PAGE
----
Anyone for char?
By Sean Murphy, SeafoodSource online editor
Published on 01 January, 2013
Diners at seafood restaurants — or diners at other restaurants who spend time perusing the seafood options — can expect to see some new offerings on menus next year, including Arctic char, barramundi or cobia, along with the usual shrimp, scallops and mussels.
The National Restaurant Association’s “What’s Hot in 2013” culinary forecast, an annual prediction of menu trends for the coming year, has listed, among other things, “non-traditional seafood” as an emerging trend for this year.
That doesn’t come as a surprise to chef Rick Moonen, owner of RM Seafood in the Mandalay Bay casino in Las Vegas. He has made unusual species a staple on the menu in his restaurant for several years. A longtime activist for more responsible fish farming, Moonen has been offering nontraditional species, he said, out of a commitment to sustainable seafood, but he too predicts that new or different species are on the cusp of becoming more mainstream.
“The species that we may think sound weird today will be the norm tomorrow,” he said.
Moonen isn’t opposed to putting traditional seafood on his menu. He offers classic shellfish like shrimp, along with more well-known fish species like salmon, but with the latter, he usually offers the wild product. Many salmon farms, he said, are under so much pressure to produce that they don’t always do it in what he thinks is an ethical or safe manner.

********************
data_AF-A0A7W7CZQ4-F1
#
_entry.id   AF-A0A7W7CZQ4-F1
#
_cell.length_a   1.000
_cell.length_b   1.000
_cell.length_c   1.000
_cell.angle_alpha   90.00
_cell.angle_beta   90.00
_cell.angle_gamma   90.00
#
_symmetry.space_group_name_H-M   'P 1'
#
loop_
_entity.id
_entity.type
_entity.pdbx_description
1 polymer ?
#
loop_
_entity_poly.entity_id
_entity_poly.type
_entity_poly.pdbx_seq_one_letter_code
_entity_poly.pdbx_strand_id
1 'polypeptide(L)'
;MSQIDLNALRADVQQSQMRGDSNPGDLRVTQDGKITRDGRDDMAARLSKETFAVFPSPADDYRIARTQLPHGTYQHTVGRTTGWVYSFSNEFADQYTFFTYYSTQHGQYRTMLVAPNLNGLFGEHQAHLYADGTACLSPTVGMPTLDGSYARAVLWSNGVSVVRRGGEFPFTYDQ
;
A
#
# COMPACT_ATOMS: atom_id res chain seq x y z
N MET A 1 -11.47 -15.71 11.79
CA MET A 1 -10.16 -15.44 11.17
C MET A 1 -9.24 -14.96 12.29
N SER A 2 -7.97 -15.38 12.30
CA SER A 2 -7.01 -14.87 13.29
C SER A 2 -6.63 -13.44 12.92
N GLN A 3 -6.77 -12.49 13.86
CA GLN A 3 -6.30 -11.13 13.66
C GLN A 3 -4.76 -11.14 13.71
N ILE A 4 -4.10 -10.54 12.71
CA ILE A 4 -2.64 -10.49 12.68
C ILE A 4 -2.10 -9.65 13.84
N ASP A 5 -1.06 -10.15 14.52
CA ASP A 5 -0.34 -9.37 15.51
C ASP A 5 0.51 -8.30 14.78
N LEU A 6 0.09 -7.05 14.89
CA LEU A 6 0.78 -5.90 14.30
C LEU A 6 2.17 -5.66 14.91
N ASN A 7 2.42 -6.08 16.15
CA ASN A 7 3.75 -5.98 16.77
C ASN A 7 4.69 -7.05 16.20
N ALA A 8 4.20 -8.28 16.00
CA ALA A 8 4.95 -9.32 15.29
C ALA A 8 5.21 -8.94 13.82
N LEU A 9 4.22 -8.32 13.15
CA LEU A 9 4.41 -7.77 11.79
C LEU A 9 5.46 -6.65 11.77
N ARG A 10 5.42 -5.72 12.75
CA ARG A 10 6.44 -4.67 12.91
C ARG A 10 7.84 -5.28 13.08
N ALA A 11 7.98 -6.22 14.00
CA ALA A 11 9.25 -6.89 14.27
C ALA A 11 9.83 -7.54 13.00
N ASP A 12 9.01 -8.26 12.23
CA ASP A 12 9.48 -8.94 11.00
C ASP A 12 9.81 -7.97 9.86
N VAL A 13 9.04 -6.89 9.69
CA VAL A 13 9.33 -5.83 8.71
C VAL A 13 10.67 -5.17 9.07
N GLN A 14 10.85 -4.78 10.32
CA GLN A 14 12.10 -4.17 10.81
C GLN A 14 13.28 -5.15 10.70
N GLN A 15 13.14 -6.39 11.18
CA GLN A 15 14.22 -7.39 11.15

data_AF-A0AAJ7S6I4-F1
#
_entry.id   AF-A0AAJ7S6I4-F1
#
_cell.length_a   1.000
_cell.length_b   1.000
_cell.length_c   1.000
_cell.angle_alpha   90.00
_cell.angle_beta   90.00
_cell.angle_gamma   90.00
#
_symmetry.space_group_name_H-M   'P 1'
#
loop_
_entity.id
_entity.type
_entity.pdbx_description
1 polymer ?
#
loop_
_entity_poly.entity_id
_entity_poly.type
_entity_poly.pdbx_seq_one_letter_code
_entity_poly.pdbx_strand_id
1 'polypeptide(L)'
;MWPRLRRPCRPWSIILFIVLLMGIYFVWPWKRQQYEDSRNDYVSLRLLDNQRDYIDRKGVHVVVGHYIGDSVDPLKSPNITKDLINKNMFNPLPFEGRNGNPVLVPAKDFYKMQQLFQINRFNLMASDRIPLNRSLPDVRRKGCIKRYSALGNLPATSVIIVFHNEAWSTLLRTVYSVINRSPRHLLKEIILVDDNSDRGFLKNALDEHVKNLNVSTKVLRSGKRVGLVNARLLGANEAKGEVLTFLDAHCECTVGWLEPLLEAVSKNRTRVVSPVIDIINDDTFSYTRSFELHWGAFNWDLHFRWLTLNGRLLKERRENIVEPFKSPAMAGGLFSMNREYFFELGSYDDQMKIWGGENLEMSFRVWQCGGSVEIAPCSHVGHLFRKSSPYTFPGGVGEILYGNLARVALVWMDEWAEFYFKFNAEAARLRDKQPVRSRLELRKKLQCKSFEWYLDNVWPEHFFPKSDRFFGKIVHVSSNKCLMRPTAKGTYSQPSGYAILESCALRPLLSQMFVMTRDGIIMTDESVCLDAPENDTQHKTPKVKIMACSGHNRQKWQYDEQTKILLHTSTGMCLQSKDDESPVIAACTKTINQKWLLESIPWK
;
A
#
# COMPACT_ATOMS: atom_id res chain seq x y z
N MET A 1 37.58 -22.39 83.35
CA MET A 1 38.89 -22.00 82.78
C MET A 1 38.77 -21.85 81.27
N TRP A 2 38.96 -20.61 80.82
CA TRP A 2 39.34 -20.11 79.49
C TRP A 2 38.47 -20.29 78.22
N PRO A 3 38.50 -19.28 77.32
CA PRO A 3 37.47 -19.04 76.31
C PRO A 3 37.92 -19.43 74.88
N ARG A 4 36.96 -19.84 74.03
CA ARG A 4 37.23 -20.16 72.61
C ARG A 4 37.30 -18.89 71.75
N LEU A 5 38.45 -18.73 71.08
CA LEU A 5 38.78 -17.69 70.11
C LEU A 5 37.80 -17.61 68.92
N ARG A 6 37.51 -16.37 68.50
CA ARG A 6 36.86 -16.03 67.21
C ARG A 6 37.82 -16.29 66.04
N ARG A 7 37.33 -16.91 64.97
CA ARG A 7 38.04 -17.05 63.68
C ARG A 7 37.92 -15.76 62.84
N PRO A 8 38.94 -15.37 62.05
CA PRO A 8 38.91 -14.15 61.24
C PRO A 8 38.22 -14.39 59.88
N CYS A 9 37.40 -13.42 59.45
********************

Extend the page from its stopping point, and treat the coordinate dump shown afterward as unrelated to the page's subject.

Moonen offers other fish, like Arctic char, which he calls “salmon lite,” for two reasons: to keep fish on the plate when wild varieties are out of season, and to drum up interest in other species, thus giving farmers of traditional species like salmon a chance to catch up with demand.
“If we can just add some more diversity to our diet, we can relieve some of the pressure on those target species,” he said.
There’s a financial benefit, too. Fish that are not well known are not in high demand, Moonen said, which means they will be cheaper. Compare that to species such as bluefin tuna, which are only expected to get more expensive, he said, and restaurateurs will soon embrace the alternatives.
“It’s not so easy to get the fish that they used to get,” he said.
Moonen has offered cobia before, an Atlantic fish that is fatty, sweet and easy to cook. He tells his customers it’s a lot like Chilean sea bass. Barramundi, he said, is another species that could grow more popular in the future. Even steelhead trout, a river fish that rarely makes it into restaurants, could begin appearing.
“I just feel that the timing is right,” he said. “There’s tons of biomass in the ocean.”
Moonen said chefs and restaurant owners should not be afraid of unusual species, even if some diners won’t respond right away.
“It’s difficult to get people out of their habits,” he said.
That’s why it’s important to keep some staples, like shrimp, scallops and lobster, on the menu. Having a variety of options, he said, will entice more adventurous diners, while more conservative ones at the same table will be encouraged to check out something different.
The key, Moonen said, is to maintain that balance between traditional and nontraditional fish. Even RM Seafood menus plenty of recognizable choices for those with a more conventional palate.
“It’s not just a house of weirdness,” he said.